The tide’s falling for our biggest assets
The new year’s sell-off of shares is no reason to panic. However, it’s time for investors to think again about holding assets with large downside risks.
It has been an unnerving start to the trading year, with the ASX 200 shares index dropping 0.5 per cent on Monday and a further 1.6 per cent on Tuesday.
Whether you’re back to work, or sitting on a beach reading the news remotely, the natural question to ask is what these moves mean for 2016. Is this beginning of a longer correction?
In the longer term, the answer is ‘most likely, yes,’ though in the short term a better answer is ‘don’t panic’.
The first point to note is that in China, where shares fell 7 per cent on Monday, such moves are not new.
The inflation, and sudden deflation of bubbles in China has become almost routine. The Shanghai Composite index cascaded down 32 per cent during June and July of last year, and again 27 per cent in August.
That doesn’t stop speculators, particularly retail buyers in China, jumping back in and pumping stock prices higher again.
That said, the Chinese market is growing less volatile as traders’ stock valuations start to take account of an economy that is growing at the slowest rate for 25 years.
Europe also took a hit on Monday, though European markets are better than China at pricing in economic weakness (and so have less far to fall with each shock).
Paris and London bourses fell around 2.5 per cent on Monday, and Germany was down 4.3 per cent. Across the Atlantic, the sell-off was more muted, with the New York Stock Exchange falling 1.6 per cent.
In crude terms, those numbers rank the seriousness of the economic difficulties facing the world’s major trading blocs – China, terrible. Europe, bad. The US not too bad.
What about Australia?
Global turmoil can be worrying for mum-and-dad investors, but if you’re thinking of leaving the beach and rushing back to a computer to offload assets, think again.
That’s because wise investors, rather than reactive speculators, should be looking at the longer term picture for Australia.
Now, that doesn’t mean there’s not plenty of downside risk. It’s just that planning ahead for that downside is better than panic selling.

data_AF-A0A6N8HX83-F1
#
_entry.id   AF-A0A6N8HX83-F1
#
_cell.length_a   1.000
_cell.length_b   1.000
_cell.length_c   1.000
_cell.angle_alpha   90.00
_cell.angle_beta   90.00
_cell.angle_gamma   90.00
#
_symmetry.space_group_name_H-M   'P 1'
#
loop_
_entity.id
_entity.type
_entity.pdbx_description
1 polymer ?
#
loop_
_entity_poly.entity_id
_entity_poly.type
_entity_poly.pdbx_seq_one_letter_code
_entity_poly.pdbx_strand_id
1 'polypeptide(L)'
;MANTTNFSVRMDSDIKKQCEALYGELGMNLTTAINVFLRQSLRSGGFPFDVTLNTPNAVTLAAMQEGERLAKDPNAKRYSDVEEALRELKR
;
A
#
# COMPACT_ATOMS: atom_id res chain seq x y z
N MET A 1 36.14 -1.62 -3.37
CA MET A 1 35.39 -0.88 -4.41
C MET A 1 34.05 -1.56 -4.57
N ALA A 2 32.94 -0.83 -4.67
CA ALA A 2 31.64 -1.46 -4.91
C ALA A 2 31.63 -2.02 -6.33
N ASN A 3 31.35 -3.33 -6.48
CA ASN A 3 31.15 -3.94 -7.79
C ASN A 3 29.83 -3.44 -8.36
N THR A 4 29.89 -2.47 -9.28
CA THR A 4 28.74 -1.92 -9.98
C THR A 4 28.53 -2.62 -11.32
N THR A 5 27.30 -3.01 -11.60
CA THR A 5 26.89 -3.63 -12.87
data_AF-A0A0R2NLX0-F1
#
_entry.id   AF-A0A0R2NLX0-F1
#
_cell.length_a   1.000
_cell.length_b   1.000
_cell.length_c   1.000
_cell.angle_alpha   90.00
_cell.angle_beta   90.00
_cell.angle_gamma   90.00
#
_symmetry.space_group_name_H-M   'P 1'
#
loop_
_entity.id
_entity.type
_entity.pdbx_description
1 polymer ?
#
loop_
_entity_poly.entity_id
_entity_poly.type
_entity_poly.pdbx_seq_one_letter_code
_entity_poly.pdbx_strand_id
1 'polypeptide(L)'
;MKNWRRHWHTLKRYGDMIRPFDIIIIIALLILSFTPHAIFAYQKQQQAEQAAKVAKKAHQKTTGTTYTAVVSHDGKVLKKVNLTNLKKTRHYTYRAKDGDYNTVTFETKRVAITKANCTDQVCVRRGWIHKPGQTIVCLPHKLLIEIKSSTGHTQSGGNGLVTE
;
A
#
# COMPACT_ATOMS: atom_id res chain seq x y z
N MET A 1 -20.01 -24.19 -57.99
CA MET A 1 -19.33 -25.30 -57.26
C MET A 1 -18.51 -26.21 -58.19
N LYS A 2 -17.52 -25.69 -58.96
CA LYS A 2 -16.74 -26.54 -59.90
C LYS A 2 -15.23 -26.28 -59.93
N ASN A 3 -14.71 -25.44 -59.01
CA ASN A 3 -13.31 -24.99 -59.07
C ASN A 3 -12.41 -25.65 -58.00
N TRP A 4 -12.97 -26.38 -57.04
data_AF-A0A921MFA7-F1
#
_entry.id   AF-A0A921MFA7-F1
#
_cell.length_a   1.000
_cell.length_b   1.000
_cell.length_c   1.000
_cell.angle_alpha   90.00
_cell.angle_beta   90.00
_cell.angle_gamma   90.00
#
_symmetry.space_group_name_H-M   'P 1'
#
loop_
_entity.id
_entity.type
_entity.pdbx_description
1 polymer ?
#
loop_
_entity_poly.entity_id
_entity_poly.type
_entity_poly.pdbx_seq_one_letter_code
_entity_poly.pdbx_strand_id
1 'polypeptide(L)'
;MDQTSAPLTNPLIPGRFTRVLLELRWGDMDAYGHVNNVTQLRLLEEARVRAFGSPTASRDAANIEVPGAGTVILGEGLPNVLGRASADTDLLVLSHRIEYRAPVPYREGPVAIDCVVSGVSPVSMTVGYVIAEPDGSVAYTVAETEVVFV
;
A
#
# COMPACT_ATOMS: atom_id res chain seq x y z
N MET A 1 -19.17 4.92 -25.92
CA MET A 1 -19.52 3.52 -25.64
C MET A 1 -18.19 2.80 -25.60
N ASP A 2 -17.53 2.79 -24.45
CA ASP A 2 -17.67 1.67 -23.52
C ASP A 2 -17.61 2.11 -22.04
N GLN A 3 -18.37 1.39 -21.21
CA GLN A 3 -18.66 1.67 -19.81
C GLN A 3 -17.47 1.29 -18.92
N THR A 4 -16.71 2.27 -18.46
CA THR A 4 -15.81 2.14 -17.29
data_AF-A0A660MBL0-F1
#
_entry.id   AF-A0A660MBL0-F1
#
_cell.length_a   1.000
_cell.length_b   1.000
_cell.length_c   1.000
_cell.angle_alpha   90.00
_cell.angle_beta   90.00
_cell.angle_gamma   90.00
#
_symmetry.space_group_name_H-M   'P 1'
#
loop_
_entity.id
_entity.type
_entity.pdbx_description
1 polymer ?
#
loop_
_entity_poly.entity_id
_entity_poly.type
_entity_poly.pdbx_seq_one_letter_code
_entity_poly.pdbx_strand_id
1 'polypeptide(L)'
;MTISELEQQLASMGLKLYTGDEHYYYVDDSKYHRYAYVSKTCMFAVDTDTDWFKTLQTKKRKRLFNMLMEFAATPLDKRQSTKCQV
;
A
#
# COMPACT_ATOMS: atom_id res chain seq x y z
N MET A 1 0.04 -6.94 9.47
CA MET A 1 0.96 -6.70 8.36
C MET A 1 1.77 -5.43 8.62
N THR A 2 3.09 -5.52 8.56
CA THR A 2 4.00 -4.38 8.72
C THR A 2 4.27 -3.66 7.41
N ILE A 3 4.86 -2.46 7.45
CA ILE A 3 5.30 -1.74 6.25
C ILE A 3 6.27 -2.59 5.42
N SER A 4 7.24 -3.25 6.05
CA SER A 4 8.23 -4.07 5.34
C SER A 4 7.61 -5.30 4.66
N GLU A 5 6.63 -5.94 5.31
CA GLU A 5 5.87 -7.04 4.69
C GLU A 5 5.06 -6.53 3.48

The problem is where to get good advice on the Australian economy. As other commentators have noted recently, market economists and public-service boffins alike stuffed up their forecasts for 2015.
The federal Treasury over-estimated economic growth and tax revenues (again), and the market economists failed to adequately predict the RBA’s rates cuts, the extent of falls in commodity prices and the terms of trade, or even the low-5000s state of the ASX200 index.
There were notable exceptions. The bearish commentators at MacroBusiness, and non-orthodox economists Steve Keen and Bill Mitchell picked the sharper than expected unwinding of the resources boom, in line with the broad ‘dog days’ thesis put forward in 2012 by Ross Garnaut.
The New Daily has brought you these views throughout the year (see, for instance, here, here and here) but we have also often debated in the newsroom why so many economists and commentators keep being too optimistic.
The charitable view is that going too bearish with forecasts will harm consumer and business confidence more than is absolutely necessary. And perhaps there’s something in that – the Christmas retail spending data surprised on the upside and consumer confidence is above its long-run average according to the ANZ-Roy Morgan survey.
Back to basics
So where does that leave mum-and-dad investors, fretting on their beach-towels?
In the short-term, as I said, there is no reason to abandon the holiday to liquidate assets. The China-led ‘shock’ is like a king wave hitting a surf beach – you can duck it and carry on.
In the long-term, however, the tide is falling on some asset classes that have been over-spruiked.
David Buckland, CEO of Montgomery Investments, argues that Australia’s economy continues to suffer a “home ground bias” in its investments.
He points out that the bulk of financial advisers in Australia are employed by the big-four banks, IOOF and AMP.
These, says Buckland, offer “cookie cutter” investment advice, that includes investing in the big-four banks themselves.
On Buckland’s reckoning, one-sixth of the value of stocks listed on the ASX are in the troubled resources sector, and two-sixths is in the big bank stocks. Yep, that’s half the ASX in two sectors.
When the mining boom, and the mortgage credit boom were both at full gallop, that “home ground bias” was a huge advantage to investors. The cookie cutter plans worked for us all.
But that bias is now working against us – the more so since so many forecasters have got commodity prices, the terms-of-trade, interest rates, the ASX and the Australian dollar wrong.
Even without any unforeseen shocks, the year ahead will force many Australians to reassess the value of the assets they hold, and the quality of advice they’ve received.
The best evidence of this, says Buckland, is that ASX shares – many of them with a large downside risk built in – returned 2.8 per cent in 2015 with dividends reinvested.
That’s only slightly more than a cash savings account returning 2.6 per cent, and effectively risk free.
Those kinds of risk/return calculations are something to think about – but only when the holiday’s over.